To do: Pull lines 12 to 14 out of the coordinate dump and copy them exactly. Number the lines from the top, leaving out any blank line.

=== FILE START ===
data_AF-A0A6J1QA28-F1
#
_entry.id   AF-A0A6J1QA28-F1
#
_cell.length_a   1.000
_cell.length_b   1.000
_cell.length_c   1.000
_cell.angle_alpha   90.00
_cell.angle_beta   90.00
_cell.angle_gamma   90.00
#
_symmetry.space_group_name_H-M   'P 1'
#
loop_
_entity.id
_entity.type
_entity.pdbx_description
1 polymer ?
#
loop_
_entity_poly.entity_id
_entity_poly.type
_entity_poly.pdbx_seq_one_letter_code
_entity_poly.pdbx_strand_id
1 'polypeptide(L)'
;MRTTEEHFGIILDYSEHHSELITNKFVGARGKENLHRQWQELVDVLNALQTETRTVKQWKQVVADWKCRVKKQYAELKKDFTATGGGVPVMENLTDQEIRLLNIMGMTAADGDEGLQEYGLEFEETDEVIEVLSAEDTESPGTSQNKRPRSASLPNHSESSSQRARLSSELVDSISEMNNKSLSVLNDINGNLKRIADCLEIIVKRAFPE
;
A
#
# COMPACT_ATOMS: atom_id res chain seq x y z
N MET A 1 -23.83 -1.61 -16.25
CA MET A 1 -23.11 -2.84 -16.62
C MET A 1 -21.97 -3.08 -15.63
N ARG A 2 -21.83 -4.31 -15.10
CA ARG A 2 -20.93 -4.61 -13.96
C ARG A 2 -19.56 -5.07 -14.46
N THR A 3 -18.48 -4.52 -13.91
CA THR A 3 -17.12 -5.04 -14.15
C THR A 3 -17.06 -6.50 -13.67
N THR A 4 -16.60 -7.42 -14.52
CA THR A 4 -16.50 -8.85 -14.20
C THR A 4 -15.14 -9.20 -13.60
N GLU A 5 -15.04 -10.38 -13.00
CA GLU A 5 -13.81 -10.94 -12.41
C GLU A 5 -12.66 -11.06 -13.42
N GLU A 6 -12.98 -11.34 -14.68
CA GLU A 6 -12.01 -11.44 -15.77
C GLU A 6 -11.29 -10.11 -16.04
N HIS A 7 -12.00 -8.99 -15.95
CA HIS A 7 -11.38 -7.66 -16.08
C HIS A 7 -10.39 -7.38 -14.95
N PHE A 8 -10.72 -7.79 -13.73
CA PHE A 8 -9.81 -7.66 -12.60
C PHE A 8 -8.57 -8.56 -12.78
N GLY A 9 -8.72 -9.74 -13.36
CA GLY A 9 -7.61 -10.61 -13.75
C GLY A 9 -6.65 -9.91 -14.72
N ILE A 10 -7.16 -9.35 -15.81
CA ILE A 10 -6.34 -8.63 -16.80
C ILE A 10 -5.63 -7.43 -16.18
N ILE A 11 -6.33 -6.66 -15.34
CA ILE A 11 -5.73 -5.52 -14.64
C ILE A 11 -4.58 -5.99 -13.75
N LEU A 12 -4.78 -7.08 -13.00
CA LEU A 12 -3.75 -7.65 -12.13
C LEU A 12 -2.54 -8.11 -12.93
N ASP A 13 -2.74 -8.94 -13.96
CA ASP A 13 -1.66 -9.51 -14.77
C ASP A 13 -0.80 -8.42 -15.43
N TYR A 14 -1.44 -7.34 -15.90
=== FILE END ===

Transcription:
_symmetry.space_group_name_H-M   'P 1'
#
loop_